Streetwise by Mohamed Choukri
(Emerging Voices)

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In his early twenties Choukri takes the momentous decision to learn to read and write, and joins a children's class at the local state school in Tangier. When not at school he hangs out in cafés, drinking and smoking kif. Some nights he sleeps in a doss-house, but mostly he sleeps in mosques or on the street. He befriends many 'lowlife' characters, while the café habitués help him with his Arabic and the local prostitutes take him home, providing some human solace. Choukri's determination to educate himself, and his compassion for those with whom he shares his life on the streets is heartfelt and inspirational. 'As a writer, he is in an enviable position, though he paid a high price for it in suffering.' Paul Bowles 'Choukri's irrepressible, ultimately indomitable spirit is most touching and human.' The Independent 'Choukri is a powerful teller of stories. His telling of oppression is vivid and remarkable.' Morning Star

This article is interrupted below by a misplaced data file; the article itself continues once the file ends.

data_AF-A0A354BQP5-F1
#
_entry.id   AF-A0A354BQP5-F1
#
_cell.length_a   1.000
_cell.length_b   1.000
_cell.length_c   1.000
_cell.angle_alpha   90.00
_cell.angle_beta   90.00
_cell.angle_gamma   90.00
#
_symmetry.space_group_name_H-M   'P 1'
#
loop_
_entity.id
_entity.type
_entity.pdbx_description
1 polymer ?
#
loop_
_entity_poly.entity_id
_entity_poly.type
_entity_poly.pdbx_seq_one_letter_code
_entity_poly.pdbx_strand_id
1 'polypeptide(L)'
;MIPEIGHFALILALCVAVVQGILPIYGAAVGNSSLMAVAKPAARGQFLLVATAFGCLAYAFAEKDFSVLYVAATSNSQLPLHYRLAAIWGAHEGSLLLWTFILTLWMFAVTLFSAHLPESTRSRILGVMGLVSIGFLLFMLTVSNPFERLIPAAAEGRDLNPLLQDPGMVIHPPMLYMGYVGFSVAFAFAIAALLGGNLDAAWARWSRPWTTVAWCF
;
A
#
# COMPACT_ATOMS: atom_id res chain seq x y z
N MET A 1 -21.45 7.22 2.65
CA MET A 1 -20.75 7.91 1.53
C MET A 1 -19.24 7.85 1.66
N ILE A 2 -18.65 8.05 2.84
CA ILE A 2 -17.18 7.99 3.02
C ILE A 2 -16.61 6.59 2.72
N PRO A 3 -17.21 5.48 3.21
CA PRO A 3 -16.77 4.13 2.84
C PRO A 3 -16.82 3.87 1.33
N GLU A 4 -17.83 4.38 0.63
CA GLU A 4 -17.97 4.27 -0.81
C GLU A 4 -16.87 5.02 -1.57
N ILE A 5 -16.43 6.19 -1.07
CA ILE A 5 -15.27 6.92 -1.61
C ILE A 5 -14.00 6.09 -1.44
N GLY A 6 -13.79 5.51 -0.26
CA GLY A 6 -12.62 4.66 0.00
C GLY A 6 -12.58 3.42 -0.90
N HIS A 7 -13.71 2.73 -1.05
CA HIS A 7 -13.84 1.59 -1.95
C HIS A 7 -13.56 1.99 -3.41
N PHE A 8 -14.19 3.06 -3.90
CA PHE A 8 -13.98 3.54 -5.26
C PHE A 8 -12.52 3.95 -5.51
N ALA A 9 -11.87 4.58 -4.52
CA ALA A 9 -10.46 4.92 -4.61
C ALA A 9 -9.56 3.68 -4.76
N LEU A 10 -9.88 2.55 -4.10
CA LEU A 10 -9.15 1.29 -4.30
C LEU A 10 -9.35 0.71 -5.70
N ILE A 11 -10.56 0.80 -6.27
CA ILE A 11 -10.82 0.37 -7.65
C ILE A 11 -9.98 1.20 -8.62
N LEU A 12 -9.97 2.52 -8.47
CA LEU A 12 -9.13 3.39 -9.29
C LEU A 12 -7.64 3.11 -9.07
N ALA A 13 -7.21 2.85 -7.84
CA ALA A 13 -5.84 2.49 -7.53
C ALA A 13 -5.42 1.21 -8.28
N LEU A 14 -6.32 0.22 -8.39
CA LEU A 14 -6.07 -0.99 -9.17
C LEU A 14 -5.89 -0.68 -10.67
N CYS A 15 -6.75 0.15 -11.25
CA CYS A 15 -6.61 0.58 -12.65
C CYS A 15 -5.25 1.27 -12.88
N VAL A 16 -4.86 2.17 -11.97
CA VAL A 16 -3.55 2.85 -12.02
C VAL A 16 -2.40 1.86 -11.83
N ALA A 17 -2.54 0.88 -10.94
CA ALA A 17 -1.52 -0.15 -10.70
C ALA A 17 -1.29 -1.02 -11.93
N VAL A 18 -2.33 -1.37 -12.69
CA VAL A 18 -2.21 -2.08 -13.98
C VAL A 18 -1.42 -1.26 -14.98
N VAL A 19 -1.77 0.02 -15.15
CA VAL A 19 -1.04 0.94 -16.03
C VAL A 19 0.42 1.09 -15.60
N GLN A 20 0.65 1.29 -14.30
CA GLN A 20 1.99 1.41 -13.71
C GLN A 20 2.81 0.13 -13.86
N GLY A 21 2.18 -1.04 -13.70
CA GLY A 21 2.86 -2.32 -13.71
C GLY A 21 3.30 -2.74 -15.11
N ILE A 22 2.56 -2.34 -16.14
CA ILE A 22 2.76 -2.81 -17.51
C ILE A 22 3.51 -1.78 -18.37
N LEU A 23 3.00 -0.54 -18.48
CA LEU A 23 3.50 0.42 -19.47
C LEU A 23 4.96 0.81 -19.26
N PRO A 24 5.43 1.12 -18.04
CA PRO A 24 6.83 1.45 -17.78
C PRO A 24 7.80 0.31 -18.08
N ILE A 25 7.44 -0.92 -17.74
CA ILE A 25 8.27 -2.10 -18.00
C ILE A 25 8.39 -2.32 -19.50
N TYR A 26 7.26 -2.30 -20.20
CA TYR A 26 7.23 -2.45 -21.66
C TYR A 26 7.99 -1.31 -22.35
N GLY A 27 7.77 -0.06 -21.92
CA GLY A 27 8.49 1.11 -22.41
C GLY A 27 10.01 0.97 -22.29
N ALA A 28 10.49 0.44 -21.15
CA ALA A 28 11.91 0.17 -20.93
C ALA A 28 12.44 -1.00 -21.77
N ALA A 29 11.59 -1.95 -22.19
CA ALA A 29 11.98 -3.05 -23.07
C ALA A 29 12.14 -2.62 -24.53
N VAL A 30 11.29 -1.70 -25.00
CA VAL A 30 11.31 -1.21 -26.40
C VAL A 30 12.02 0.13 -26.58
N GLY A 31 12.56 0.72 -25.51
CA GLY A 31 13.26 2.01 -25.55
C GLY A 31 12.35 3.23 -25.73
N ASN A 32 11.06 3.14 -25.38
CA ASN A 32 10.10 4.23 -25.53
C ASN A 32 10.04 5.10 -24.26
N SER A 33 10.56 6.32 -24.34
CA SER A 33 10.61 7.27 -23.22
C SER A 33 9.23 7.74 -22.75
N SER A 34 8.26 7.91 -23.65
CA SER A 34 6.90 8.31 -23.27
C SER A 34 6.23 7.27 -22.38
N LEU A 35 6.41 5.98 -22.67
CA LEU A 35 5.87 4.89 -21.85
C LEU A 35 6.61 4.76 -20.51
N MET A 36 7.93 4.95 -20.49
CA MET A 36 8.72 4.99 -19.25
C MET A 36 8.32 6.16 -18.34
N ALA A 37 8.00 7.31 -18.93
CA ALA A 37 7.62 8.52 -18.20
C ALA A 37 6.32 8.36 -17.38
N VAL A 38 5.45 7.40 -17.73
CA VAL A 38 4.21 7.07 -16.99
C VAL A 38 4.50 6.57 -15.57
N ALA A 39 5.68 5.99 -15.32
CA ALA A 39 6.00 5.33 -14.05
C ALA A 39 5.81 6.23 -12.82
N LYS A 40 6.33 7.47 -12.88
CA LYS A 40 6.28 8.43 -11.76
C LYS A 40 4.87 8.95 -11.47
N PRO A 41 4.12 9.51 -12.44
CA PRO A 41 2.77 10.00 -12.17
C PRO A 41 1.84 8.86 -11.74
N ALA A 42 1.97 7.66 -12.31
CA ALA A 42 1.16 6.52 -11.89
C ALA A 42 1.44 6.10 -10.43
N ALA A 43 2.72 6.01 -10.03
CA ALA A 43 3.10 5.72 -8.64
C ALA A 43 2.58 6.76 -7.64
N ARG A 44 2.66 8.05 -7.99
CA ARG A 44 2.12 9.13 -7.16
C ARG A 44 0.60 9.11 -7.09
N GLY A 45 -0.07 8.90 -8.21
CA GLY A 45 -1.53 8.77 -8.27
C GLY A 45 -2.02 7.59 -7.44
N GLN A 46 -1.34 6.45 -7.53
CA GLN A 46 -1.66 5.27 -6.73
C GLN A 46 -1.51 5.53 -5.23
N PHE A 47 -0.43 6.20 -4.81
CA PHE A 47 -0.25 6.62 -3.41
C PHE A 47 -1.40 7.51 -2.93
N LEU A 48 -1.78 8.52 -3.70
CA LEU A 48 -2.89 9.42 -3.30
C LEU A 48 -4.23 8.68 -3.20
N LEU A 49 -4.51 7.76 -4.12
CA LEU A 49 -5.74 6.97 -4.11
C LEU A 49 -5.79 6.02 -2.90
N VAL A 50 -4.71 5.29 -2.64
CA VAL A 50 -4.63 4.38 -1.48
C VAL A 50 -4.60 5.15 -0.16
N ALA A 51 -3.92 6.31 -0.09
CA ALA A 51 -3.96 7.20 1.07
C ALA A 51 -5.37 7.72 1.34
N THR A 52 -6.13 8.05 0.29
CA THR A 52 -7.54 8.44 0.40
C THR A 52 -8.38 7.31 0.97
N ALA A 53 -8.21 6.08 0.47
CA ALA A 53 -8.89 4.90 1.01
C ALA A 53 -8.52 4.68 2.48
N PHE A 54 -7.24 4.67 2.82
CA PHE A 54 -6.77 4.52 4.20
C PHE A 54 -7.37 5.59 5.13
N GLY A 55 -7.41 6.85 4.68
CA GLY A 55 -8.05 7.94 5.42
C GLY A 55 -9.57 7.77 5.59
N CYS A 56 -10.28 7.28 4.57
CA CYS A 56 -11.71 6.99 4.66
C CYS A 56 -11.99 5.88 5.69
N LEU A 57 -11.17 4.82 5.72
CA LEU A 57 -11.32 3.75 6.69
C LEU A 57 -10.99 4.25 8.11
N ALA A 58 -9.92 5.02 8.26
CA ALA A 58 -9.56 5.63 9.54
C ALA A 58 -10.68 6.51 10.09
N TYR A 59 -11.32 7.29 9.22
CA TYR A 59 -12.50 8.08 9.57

About Mohamed Choukri

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Mohamed Choukri is one of North Africa's most respected and widely read authors. This poignant autobiographical novel, which spans the 1960s and '70s (together with his previous novel, For Bread Alone), ranks among the best works of contemporary Arabic literature
Published August 20, 2012 by Telegram Books. 164 pages
Genres: Political & Social Sciences, Education & Reference, Literature & Fiction, Biographies & Memoirs. Fiction

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Publishers Weekly

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When this autobiographical work opens, the 20-year-old narrator is desperate to leave his knockabout life in Tangier and attend school.

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